Parents often wonder at what age children are ready for books like this. In the case of the Harry Potter series, it’s important to note that the books get more grave with each volume. However, some children will be excited by the story at a young age while others may self-select to wait until they are older. Overall, beginning the books at about 9-12 has been traditionally recommended. However, many children will want to begin reading the books earlier. It’s important that families are aware of the deep and complicated issues that are so wonderfully developed in the books.

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Rob Laidlaw: Double Feature

August 5th, 2014 · Books

No Shelter Here book cover, featuring two dogs behind wire fencingReview By CAROLYN M. MULLIN

For those longtime Vegbooks readers, you’re fully aware of my deep appreciation and respect for the children’s titles written by Canadian animal activist, Rob Laidlaw. The man is not only a writing machine (new titles are popping up all the time!), but he’s spot-on in his delivery of important animal welfare topics to an older elementary demographic. I was only too lucky to receive copies of a few of his newer works –

No Shelter Here: Making the World a Kinder Place for Dogs

Saving the “how to adopt a dog” bit for last, Laidlaw has a no holds barred approach in conveying today’s world for dogs. Sure, he goes into the basics of what a dog needs (love, car, water, playtime, home), but he quickly changes gears to outline overpopulation issues, the plight street dogs face, puppy mills, chained dogs, exploited dogs (Iditarod, greyhound racing), and sadly, other realities. He lightens the subject matter through his eloquent writing style and by interjecting anecdotes from young Dog Champions who are working to better the lives of man’s best friend.

Rob Laidlaw Children's Book Cover featuring a pig, chimpanzees, and a tortoise in sanctuariesSaving Lives & Changing Hearts

As a gal who has worked and volunteered for a number of sanctuaries, it was exciting to see this title in the mix. Here’s a great book to not only introduce the idea of what GOOD sanctuaries are like, why they’re needed, and the types of animals they take in and why, but how we can ascertain their operating principles and their meeting of the animals’ needs. Laidlaw gives a wonderful, global, and diverse overview of sanctuaries – from Animals Asia’s work with former bile farm bears to the American Tortoise Rescue in Malibu to Cedar Row Farmed Animal Sanctuary in Canada. He also dedicates a few pages to discussing faux sanctuaries, those that do a disservice to the animals in their care, and have thus inspired the creation of a sanctuary certification organization, the Global Federation of Animal Sanctuaries.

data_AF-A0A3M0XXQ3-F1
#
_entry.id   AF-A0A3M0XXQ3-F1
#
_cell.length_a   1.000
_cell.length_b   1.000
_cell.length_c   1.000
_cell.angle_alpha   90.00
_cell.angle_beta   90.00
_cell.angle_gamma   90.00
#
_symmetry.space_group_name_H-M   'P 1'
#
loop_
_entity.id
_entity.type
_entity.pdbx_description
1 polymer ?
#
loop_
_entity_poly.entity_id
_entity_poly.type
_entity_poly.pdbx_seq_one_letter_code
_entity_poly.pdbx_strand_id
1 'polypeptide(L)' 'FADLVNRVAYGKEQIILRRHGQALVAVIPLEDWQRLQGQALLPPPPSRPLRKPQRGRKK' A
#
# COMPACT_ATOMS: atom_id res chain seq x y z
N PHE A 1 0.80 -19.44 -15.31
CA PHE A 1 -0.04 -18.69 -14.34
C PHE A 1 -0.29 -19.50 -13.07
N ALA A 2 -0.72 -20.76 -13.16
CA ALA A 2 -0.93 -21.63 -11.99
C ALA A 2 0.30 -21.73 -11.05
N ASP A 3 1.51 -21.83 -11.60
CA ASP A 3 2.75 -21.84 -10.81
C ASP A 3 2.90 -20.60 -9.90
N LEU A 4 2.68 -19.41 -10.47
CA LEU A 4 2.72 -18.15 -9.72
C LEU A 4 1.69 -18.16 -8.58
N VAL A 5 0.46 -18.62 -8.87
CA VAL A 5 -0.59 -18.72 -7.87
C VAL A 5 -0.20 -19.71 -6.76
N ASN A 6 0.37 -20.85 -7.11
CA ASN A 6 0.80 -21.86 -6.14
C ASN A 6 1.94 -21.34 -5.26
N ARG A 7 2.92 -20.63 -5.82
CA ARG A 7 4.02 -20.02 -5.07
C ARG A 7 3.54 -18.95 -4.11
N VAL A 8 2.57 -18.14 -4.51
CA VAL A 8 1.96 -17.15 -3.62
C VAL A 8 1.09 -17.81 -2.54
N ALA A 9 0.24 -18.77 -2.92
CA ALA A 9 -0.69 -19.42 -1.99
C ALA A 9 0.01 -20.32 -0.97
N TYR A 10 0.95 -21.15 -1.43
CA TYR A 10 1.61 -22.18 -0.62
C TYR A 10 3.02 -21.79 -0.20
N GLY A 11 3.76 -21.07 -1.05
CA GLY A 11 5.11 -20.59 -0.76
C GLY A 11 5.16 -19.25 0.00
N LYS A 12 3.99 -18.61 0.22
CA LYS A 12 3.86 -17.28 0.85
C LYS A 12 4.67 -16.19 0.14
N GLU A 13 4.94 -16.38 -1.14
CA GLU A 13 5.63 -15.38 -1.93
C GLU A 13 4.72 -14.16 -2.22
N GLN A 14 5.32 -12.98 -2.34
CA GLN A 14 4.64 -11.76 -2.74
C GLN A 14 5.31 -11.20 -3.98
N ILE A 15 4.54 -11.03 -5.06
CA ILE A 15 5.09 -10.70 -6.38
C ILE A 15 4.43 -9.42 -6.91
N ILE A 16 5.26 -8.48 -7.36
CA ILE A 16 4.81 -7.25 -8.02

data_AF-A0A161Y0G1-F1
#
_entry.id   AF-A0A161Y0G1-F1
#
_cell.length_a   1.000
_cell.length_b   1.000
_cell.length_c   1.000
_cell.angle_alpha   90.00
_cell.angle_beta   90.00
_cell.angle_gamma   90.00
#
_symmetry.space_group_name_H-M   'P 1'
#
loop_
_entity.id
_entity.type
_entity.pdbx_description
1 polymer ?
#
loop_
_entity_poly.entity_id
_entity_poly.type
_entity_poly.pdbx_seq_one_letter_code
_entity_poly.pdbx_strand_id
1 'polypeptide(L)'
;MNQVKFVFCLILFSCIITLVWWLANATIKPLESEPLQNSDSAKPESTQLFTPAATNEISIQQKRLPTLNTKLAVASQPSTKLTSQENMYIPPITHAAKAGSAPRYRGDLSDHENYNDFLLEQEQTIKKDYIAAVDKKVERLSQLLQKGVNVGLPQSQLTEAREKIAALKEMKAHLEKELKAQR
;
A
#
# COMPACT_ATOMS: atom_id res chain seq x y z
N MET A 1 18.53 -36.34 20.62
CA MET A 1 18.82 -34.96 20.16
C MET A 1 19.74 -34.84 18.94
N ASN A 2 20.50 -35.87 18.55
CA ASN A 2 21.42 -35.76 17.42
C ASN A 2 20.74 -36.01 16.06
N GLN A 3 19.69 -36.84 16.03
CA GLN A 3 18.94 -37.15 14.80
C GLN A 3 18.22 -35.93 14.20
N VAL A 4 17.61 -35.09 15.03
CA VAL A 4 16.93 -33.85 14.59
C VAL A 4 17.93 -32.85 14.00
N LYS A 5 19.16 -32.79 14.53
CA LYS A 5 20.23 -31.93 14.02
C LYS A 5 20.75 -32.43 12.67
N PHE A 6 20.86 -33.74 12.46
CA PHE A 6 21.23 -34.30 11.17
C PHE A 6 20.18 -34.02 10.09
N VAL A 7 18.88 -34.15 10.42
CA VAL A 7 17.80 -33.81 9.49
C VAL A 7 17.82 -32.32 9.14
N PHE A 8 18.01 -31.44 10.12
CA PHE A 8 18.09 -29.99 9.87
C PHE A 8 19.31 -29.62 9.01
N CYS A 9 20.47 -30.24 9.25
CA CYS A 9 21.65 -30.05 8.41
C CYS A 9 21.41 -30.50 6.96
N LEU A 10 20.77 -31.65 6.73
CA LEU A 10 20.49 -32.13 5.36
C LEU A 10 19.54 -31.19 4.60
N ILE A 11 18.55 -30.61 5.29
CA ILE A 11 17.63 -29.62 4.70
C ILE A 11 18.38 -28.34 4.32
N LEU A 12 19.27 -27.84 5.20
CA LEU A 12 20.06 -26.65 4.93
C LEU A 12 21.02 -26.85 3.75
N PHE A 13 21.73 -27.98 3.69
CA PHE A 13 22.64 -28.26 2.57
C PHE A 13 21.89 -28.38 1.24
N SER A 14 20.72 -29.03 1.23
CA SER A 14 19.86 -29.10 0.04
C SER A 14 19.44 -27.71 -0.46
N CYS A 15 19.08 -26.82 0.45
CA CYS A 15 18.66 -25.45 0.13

Both are great introductory reads into the multifaceted world of animal protection, and I highly encourage every parent to get copies of Laidlaw’s titles for their child’s classroom. They’re a wonderful academic resource and a much needed form of humane education.

Ages 8 – 12.

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Snuggle the Baby

August 3rd, 2014 · Books

Snuggle the Baby board book coverReview By JESSICA ALMY

I love Sara Gillingham’s illustrations, so it was with high expectations that I checked out this interactive board book. Designed for toddlers and preschoolers, the book incorporates flaps and pop-outs that allow the reader to feed, tickle, diaper, swaddle, shush, rock, and tuck in the baby. Although most of the pages are self-explanatory, I have to admit that I did not realize at first that the baby to tuck in on the final page is intended to be popped out from a previous page. (I thought it was missing at first!)

As always, the illustrations are adorable, and a wide array of babies are depicted, making this book a good fit for multicultural and multiethnic families, along with everyone else. However, like other reviewers, I have reservations about the design of the book, which is perhaps too flimsy for small children.

Additionally, I was upset to see that nursing was not included on the feeding page, which offered bottle and spoon as two alternatives. Obviously, this isn’t an option for older siblings helping out with a new arrival, but still, I think it’s important to recognize the importance of nursing, particularly given how often our culture ostracizes and alienates nursing mothers. (And it’s National Breastfeeding Month, so it’s a good time to talk about breastfeeding in children’s literature!)

Still, if you’re preparing your child for a new sibling, this book is worth checking out. Ages 2 to 4.

The publisher sent a copy of this book for review.